Our dear priest from Thebes would have found this exceedingly innovating with respect to his own world view. There an absolute beginning, the very ground for the formulation of the impetus theory, was inconceivable. Not only in Egypt but in all ancient cultures -- China, India, Babylon and Greece too -- the world was looked upon as an eternal being. Worse, that being was taken for a living entity, often for an animal full of unpredictable turns and twists. This should be kept in mind in recalling another ancient pagan way of looking at the universe. If the universe was not taken for deity itself, it was taken at least for a direct emanation from divinity, whatever it was. Such is the background of Plato's, of Plutarch's and of Cicero's references to the universe as the only-begotten, monogenes or unigenitus, being.
These words immediately take us to the very core of Christian religion, the dogma about Christ as the only-begotten, monogenes or unigenitus, Son of God. On the face of it, this dogma may seem to force a choice between Christ and the universe, or between the world to come and this world, or between religion and science. But the fact, the great historical fact, still to be set forth in all its details and turned into cultural consciousness, is that science owes its very birth to that dogma. A proof of this is the provenance of the idea of a fully ordered universe, an idea indispensable for science. That idea is a bequest not from the Greeks, but from the church fathers -- Hippolytus, Irenaeus, and Athanasius in particular. As they argued that the Son in whom the Father created all was truly consubstantial or God, they also said that such a Son or Logos could create but a completely logical or fully ordered physical universe.
Sir Winston and other greats of Western civilization notwithstanding, our good priest from Thebes would have felt most uncomfortable at Trent or in other contemporary centers of Christendom where dogmas were held in high regard. In ancient Egypt only opinions were allowed. The only dogmatic phase of Egypt of old -- Akhenaton's exclusive sun worship -- was erased with all its traces immediately upon Akhenaton's. death and at the instigation of priests from Thebes. Clearly, they wanted neither innovation nor those certainties which are always dogmatic if truly certain. The ancient Egyptians' engrossment with the wildest combinations of animal forms shows their preference for. inconsistencies over certainties or dogmas.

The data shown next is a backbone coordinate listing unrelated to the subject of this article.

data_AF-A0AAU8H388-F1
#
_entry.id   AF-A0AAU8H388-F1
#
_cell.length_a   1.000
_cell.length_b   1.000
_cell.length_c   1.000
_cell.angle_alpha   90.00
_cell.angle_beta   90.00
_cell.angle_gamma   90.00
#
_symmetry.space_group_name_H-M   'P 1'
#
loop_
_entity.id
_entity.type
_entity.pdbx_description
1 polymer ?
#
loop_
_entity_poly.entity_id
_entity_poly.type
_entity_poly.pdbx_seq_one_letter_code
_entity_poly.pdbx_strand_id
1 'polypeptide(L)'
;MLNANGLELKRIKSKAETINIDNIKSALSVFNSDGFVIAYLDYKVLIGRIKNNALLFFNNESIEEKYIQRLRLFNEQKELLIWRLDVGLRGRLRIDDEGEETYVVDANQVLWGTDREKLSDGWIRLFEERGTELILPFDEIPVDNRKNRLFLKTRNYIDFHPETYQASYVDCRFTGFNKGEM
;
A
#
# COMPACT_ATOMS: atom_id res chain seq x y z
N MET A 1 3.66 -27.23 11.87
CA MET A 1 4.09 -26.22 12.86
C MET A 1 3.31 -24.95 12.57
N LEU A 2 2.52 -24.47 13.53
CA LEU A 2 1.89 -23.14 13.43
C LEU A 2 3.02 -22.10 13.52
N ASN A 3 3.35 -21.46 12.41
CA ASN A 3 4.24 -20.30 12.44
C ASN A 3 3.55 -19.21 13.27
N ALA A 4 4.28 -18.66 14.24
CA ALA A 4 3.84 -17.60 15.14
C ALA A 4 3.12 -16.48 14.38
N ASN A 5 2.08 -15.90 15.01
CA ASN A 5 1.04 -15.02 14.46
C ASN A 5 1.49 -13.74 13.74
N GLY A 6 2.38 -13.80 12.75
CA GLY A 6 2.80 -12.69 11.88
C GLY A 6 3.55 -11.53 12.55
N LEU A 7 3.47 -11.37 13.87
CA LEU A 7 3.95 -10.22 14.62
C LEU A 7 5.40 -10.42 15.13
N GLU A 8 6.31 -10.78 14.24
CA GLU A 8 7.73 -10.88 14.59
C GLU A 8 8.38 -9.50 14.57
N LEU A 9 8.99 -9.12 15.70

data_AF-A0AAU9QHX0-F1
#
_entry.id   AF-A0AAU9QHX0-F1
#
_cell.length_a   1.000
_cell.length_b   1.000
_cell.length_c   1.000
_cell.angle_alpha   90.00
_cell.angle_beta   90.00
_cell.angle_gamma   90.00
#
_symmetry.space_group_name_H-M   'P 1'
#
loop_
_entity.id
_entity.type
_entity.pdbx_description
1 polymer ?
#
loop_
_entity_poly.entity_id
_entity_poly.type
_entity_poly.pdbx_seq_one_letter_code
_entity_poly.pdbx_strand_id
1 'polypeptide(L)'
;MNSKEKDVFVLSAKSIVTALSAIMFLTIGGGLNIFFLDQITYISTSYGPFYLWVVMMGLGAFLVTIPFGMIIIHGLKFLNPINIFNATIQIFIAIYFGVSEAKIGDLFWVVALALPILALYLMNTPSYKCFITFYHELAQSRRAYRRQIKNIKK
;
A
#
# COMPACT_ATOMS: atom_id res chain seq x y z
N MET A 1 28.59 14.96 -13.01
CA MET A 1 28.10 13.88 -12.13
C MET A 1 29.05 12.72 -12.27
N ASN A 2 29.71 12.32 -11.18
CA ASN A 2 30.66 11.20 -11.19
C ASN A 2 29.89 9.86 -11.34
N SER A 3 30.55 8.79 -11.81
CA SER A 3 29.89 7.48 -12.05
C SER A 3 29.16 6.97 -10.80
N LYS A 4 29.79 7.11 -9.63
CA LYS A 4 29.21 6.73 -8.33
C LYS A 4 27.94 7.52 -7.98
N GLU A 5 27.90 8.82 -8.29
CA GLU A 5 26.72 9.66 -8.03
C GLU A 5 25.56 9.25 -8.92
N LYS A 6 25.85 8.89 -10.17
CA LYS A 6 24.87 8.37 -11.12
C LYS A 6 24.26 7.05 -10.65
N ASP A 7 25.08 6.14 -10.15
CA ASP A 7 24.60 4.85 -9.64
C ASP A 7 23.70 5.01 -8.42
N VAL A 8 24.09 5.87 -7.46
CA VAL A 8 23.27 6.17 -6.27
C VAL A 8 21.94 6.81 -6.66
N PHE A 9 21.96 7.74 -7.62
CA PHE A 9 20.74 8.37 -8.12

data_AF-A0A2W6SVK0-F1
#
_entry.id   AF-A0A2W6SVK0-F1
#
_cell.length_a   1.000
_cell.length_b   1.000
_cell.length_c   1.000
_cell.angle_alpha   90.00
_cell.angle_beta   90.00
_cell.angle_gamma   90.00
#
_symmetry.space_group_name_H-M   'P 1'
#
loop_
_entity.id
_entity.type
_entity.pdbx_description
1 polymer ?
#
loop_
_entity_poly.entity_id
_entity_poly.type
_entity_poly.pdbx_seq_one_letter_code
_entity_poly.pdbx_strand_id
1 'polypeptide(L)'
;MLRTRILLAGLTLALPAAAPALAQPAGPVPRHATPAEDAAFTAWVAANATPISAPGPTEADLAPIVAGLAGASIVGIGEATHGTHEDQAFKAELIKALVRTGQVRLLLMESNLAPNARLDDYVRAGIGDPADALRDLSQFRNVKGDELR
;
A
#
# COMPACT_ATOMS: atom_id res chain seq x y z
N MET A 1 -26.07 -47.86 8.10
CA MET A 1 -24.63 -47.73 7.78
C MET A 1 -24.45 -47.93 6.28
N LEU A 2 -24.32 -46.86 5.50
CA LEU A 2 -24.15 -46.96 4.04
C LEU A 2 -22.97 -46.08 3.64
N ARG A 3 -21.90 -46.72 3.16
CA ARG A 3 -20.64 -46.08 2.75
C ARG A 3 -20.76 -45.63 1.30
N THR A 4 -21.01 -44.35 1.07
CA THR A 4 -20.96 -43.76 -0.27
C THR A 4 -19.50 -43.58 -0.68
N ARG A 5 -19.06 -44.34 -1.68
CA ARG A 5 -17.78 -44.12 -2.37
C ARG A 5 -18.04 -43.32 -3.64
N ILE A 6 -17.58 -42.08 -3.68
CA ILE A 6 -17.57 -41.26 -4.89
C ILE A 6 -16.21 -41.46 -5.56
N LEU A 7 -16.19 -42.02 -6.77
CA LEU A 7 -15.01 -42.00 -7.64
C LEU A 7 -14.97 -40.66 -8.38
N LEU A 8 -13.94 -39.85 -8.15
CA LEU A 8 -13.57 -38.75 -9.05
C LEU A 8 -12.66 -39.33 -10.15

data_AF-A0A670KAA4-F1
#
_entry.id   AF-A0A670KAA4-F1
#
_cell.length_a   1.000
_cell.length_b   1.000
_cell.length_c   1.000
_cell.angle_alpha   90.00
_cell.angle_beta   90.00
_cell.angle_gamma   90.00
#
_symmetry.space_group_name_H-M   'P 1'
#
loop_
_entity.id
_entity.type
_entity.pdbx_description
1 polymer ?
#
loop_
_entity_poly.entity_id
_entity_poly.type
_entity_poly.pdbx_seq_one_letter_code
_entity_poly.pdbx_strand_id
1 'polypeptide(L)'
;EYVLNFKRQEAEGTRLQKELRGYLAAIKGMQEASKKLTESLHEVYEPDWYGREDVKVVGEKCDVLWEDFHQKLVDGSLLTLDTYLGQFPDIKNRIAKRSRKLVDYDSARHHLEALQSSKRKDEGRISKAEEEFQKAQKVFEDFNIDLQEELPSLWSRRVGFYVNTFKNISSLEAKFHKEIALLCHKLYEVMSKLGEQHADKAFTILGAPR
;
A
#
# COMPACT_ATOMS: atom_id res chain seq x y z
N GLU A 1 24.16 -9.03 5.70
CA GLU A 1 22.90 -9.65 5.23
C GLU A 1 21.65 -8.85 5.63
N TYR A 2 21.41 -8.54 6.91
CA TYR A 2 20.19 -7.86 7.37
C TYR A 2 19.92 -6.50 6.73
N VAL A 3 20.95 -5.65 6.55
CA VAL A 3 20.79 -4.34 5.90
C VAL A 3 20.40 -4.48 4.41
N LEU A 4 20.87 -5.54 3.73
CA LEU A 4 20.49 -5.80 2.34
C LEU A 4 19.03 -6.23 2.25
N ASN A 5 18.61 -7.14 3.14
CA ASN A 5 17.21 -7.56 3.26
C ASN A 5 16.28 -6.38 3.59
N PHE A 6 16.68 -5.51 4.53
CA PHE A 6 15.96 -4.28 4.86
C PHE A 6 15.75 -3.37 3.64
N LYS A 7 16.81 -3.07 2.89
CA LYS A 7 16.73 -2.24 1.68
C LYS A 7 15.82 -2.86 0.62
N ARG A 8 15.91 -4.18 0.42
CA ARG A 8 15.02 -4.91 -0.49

Of course, not even the Greeks of old were able to give the word dogma the meaning given it by the church fathers. The new meaning stood for the conviction that truth, superhuman or supernatural as its reference point may be, must mean complete absence of contradictions and even of inconsistencies. This conviction produced the Trinitarian dogmas of Christianity and is, or rather should be, the deepest motivation of the scientific quest. Science certainly owes its only viable birth to that Christian dogmatic conviction. Viable birth is, of course, the best and most promising token of growth or progress, religious or other, together with the possibility for continual revitalization.
That at Trent the dogmas about Creator and incarnation were not taken up shows that by then they had proved themselves to be a basis on which no Christian wanted disagreement. This unshakable basis is also the assurance today that the eventual unity of all Christians may not be a utopia. The same basis is also the token that Christendom possesses perennial perspectives that alone illuminate that birth of science which alone explains its progress.
To be sure, once science had been given that viable birth and had accumulated a sufficiently wide set of laws, that set kept expanding on it own terms. As the progressive secularization of the Western world went on, fewer and fewer scientists were thinking of theology as they were doing their science and at times their most creative science. But when they reflected on what they did, they found time and again that their work presupposed certain ideas. What those ideas were or could lead to is best summed up in a remark by Einstein who in 1950 tried to assure a close friend that he had not yet fallen into the hands of priests.
The context of that remark was the cosmology issued from the theory of general relativity. The essence of that cosmology is that through it science has achieved for the first time in its history a contradiction-free discourse about the totality of consistently interacting things, or the universe. The universe was for Einstein the finest prize which human intellect could get hold of. Although proud of having read Kant's Critique of Pure Reason at the age of 13, Einstein, in all appearance, never reflected on a central claim made in that book. According to that claim, the notion of the universe is a bastard product of the metaphysical cravings of the intellect. Immanuel Kant, whose chief aim was to undermine intellectual assurance about what Emmanuel (God with us) stands for, would not, however, see his predicament as entirely hopeless in today's world of science. He would be overjoyed on hearing brash young scientific talents declare and repeat: "The universe could be the last free lunch."